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Thursday, November 29, 2012

The Lede: Internet Shutdown Reported Across Syria

Last Updated, 1:35 p.m. Internet access disappeared across Syria on Thursday, and commercial air traffic was halted, prompting antigovernment activists to warn that the authorities might be planning to escalate their crackdown against the country's raging uprising. Only residents with their own satellite connections to the Internet could access the Web, activists said. Disruptions to phone service were also reported.

The network service provider Akamai posted a chart on Twitter showing the sudden drop off in Internet connections in Syria.

In a blog post reporting the shutdown, Jim Cowie, the chief technology officer of Renesys, a company based in New Hampshire that tracks Internet traffic, wrote:

Starting at 10:26 UTC (12:26pm in Damascus), Syria's international Internet connectivity shut down. In the global routing table, all 84 of Syria's IP address blocks have become unreachable, effectively removing the country from the Internet.

Arbor Networks, a company in Lexington, Mass., that provides tools for monitoring the performance of networks, confirmed that it, too, documented the sudden disappearance of Internet traffic to and from Syria on Thursday before 11 a.m. Eastern Time. According to Arbor, “a snapshot taken from the vantage point of 246 network operators around the world,” showed traffic dropped “to virtually nothing.”

Google reported that access to all of its services inside Syria was down, and an Internet security expert named Chris Ginley told Wired's Danger Room blog, “Syria is offline.”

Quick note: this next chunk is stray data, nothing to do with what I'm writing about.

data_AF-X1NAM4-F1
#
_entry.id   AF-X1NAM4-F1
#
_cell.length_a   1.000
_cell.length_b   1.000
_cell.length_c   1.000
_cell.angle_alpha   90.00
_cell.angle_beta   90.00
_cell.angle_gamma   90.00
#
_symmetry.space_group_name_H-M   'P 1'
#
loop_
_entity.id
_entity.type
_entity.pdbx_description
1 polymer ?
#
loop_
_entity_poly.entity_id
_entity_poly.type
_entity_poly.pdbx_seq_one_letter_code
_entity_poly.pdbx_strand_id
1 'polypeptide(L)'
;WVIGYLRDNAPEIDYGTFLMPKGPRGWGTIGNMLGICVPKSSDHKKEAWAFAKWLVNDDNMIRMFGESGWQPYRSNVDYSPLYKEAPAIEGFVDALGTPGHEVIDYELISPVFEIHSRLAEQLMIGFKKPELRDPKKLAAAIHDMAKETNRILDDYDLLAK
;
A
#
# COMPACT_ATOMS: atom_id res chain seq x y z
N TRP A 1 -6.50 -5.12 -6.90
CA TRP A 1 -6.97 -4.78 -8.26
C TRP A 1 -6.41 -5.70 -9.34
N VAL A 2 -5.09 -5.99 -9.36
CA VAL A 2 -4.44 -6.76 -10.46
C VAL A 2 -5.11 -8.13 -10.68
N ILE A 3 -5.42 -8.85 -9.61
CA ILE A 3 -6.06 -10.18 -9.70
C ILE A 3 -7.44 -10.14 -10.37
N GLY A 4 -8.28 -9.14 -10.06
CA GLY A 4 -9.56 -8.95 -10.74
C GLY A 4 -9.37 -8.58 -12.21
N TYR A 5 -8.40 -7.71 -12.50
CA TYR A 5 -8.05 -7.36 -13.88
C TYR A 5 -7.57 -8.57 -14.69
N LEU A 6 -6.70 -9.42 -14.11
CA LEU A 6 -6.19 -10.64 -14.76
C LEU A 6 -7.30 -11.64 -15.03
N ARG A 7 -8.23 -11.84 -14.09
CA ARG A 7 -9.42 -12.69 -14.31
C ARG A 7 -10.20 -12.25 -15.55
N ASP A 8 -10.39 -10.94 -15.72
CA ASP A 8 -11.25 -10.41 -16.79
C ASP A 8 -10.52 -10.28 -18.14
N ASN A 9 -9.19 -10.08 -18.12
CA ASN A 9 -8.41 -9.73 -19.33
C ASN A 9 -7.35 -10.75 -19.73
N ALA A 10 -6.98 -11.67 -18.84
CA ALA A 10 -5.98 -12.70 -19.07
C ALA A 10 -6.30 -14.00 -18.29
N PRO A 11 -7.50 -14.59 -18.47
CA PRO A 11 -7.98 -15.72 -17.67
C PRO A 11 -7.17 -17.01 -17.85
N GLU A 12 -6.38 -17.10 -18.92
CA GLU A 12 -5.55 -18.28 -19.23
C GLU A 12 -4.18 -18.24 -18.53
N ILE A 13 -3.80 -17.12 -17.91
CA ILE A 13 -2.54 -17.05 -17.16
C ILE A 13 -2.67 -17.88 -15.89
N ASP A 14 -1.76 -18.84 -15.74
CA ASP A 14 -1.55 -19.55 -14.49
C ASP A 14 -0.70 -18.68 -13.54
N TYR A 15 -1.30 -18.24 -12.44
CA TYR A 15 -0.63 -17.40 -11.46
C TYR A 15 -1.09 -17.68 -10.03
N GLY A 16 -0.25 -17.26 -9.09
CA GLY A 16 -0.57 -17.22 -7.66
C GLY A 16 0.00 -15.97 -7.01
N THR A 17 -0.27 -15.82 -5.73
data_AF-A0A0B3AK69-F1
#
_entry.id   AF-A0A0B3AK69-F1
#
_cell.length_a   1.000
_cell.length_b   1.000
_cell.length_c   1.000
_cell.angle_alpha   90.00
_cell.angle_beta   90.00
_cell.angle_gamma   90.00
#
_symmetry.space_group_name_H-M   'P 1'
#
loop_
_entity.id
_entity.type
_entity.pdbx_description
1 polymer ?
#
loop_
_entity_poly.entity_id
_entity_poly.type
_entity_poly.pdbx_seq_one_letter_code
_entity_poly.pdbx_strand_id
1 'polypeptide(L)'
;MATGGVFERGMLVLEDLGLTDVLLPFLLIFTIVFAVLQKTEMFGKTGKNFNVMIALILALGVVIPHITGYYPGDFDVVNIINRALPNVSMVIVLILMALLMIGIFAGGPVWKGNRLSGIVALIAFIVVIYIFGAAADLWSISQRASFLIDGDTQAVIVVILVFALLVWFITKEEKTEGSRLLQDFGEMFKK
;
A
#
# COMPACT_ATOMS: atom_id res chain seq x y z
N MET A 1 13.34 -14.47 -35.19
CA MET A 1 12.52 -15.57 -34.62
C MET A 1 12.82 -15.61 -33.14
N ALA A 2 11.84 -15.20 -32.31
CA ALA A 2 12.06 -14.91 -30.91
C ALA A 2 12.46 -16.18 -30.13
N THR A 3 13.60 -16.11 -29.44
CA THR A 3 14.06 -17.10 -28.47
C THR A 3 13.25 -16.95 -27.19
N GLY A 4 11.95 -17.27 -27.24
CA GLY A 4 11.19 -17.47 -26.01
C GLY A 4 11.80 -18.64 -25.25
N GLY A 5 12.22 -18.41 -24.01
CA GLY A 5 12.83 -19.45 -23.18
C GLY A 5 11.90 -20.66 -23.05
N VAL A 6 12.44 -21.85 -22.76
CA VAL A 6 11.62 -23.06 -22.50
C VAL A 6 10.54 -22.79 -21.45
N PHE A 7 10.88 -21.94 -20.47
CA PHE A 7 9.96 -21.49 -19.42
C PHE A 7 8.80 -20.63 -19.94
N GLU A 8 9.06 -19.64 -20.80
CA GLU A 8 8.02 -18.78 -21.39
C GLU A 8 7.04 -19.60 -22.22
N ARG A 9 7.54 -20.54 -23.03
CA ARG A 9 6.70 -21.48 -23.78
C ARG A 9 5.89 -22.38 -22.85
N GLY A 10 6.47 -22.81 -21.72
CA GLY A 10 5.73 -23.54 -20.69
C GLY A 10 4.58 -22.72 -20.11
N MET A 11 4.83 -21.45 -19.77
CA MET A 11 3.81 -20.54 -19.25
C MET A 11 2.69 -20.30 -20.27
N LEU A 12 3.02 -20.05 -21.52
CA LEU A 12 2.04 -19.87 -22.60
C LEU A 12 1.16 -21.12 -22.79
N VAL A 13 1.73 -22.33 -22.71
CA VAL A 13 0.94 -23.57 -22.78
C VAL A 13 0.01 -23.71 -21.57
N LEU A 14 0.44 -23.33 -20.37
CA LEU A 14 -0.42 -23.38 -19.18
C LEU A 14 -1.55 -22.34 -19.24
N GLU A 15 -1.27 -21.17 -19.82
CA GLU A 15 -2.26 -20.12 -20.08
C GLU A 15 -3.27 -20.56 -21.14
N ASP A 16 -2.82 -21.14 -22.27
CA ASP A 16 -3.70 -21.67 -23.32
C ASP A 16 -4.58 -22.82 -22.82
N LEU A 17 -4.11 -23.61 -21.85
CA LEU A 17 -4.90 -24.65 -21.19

A representative of EgyptAir in Cairo told The Times that flights to Da mascus, the Syrian capital, were suspended indefinitely and it was not clear when they would resume again. One opposition activist noted that an online flight-tracking Web site showed a blank spot over Syria.

There were conflicting reports of the reason for the airport shutdown. An antigovernment activist in Beirut said that the airport in Damascus, the capital, had been closed cut for two days as rebel fighters edged ever closer, while the Syrian Observatory for Human Rights said that the airport was shut because of a fierce government counteroffensive. State media had reported that it was closed for maintenance purposes, but the activist said the shutdown was because of “hit-and-run” strikes by rebels intending to force the closure of t he facility.

In an update on the Web shutdown, Mr. Cowie added:

Looking closely at the continuing Internet blackout in Syria, we can see that traceroutes into Syria are failing, exactly as one would expect for a major cutoff. The primary autonomous system for Syria is the Syrian Telecommunications Establishment; all of their customer networks are currently unreachable.

Now, there are a few Syrian networks that are still connected to the Internet, still reachable by traceroutes, and indeed still hosting Syrian content. These are five networks that use Syrian-registered IP space, but the originator of the routes is actually Tata Communications. These are potentially offshore, rather than domestic, and perhaps not subject to whatever kill-switch was thrown today within Syria.

Opposition activists outside the country, who have relied on the Internet to distribute video documenting the uprising, scrambled to chart the contours of t he communications disruption.

Some supporters of the Syrian government reported with dismay that parts of the country bordering Turkey were still online.